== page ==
For example, if your colleague at work in China is taking a long break and not doing their work, you might say:
Tā jīntiān yīzhí zài mōyú
He’s been slacking off all day.

Here’s how you can use this popular expression in context:
A: 你最近在忙什么呢?
Nǐ zuì jìn zài máng shén me ne?
What have you been busy with lately?

B: 最近上班太累了,经常摸鱼。
Zuì jìn shàng bān tài lèi le, jīng cháng mō yú
I’ve been really tired at work lately, so I’ve been slacking off a lot.

8.双倍奉还 (shuāng bèi fèng huán)

双倍奉还 is an idiom in Chinese that means “to pay back twice as much” or “to retaliate with double the force.” It’s often used to describe situations where someone has been wronged or hurt and is seeking justice or revenge. For example, if someone steals from you, you might say “我一定让他双倍奉还” (wǒ yī dìng ràng tā shuāng bèi fèng huán), which means “I will make him pay back twice as much.”

This expression can also be used in a playful way, such as when someone gives you a gift or does something nice for you. In this case, you might say “谢谢你的礼物,我会双倍奉还的” (xiè xiè nǐ de lǐwù, wǒ huì shuāng bèi fèng huán de), which means “Thank you for your gift, I will repay you doubly.”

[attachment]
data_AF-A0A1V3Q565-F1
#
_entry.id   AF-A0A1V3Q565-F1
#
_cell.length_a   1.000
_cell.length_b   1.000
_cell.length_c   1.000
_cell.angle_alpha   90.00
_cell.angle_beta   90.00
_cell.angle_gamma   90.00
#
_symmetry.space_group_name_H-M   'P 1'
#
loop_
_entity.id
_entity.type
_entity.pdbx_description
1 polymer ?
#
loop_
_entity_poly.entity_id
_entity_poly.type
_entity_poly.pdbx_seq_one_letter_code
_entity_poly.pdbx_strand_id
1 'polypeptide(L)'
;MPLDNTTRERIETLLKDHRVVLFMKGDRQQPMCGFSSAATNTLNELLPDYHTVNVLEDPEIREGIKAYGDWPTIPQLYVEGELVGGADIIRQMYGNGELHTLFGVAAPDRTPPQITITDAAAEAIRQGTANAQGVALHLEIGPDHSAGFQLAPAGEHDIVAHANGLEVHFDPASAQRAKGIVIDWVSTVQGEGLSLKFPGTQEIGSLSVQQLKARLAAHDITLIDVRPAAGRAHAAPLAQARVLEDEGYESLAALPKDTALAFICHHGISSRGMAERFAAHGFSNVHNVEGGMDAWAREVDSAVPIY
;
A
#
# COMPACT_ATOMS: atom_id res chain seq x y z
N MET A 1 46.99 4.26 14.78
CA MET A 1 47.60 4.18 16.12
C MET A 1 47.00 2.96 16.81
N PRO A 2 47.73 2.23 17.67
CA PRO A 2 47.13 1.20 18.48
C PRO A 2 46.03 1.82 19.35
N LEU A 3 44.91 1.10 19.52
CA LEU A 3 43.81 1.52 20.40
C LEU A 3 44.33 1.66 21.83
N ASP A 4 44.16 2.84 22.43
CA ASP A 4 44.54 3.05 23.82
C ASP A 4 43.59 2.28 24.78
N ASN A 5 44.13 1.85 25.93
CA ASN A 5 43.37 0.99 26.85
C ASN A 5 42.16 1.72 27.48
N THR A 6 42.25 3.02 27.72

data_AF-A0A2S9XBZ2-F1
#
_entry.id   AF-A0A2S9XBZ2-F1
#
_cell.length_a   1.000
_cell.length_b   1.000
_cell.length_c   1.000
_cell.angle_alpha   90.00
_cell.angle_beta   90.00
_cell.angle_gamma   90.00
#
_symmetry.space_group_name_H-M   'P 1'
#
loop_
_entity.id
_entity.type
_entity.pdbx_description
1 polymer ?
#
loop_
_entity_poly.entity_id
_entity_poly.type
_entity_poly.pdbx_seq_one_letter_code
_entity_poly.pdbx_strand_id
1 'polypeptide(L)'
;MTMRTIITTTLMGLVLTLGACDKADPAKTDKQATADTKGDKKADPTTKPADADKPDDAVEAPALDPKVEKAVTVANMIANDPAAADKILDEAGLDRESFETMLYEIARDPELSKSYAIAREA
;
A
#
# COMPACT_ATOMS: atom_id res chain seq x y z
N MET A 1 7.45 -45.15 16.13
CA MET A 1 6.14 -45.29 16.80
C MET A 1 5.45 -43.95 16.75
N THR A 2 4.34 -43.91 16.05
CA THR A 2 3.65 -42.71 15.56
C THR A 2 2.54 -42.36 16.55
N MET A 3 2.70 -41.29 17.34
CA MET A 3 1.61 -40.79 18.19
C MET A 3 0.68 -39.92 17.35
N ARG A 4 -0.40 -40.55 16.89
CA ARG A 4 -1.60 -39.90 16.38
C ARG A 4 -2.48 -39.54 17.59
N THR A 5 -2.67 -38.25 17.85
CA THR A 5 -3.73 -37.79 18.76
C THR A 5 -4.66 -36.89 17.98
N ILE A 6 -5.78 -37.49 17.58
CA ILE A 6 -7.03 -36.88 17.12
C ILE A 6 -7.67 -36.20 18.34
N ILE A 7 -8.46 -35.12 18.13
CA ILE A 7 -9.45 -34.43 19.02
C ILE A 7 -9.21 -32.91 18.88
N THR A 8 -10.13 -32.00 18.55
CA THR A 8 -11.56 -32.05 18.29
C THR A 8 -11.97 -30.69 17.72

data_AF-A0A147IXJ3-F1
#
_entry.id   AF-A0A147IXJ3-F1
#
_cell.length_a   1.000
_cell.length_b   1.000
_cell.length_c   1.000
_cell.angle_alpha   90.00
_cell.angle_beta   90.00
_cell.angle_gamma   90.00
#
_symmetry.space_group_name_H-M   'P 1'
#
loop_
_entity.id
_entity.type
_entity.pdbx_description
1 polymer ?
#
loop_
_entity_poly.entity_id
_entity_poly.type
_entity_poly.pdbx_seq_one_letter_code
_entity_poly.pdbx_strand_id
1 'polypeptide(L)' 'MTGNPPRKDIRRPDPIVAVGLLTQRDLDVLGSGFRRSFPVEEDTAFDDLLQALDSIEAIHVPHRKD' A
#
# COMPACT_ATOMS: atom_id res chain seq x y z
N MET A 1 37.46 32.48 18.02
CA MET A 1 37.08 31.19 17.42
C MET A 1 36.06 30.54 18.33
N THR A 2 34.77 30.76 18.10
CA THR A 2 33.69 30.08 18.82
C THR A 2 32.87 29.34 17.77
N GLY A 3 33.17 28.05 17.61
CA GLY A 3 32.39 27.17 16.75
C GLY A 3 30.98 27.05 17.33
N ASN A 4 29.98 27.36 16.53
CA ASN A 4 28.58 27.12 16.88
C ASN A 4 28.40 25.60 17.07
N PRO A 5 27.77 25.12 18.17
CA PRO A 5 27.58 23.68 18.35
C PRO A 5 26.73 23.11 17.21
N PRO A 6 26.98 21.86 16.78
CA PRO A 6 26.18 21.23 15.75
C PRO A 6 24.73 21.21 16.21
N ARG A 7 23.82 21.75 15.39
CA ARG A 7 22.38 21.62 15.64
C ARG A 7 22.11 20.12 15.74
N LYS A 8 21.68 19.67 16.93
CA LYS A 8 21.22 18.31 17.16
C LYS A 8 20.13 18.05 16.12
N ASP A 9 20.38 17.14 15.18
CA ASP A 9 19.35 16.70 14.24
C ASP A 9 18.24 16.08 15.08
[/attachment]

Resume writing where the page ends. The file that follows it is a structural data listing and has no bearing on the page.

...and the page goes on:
Here’s another dialogue showing you how to use this expression:

A: 你欠我的钱,什么时候还?
Nǐ qiàn wǒ de qián,shén me shí hou huán
A: You owe me money, when will you pay me back?

B: 不用急,我会尽快还你,双倍奉还。
Bù yòng jí,wǒ huì jǐn kuài hái nǐ,shuāng bèi fèng huán.
Don’t worry, I’ll repay you as soon as possible, with double the amount.

A cultural note on slang expressions in Chinese

Slang expressions are an important part of the Chinese language and culture. Whether you’re a beginner or an advanced learner, using slang is a great way to connect with native speakers, add some personality to your language skills, and maybe even score a few laughs along the way.

Just remember, these phrases can be playful and interesting, as long as you use them appropriately and stay aware of their nuances and connotations. While these phrases can be tons of fun, it’s important to be aware of their connotations and usage contexts so that you can use them with confidence and respect. When in doubt, for instance, exercise discretion, and check what setting you’re in. In professional and formal settings, particularly, it’s advisable to err on the side of caution and use more neutral language.

And once you have that in mind, especially when you’re with friends you trust, purrfect! Give these slang expressions a try in a safe space, with your friends, so they can tell you without being shocked if you screwed up using a word! Go ahead and start using these phrases in your daily life, impress your friends with your cool Chinese slang, and don’t forget to have fun with it!

On that note, there you have it, folks! We hope you’ve enjoyed this wild ride through some of the most popular and fun slang expressions in Chinese to know in 2023.

And one more thing…

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Sarah &

The Nincha Team

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Ninchanese8 Fun Chinese Slang Expressions to Impress Your Friends in 2023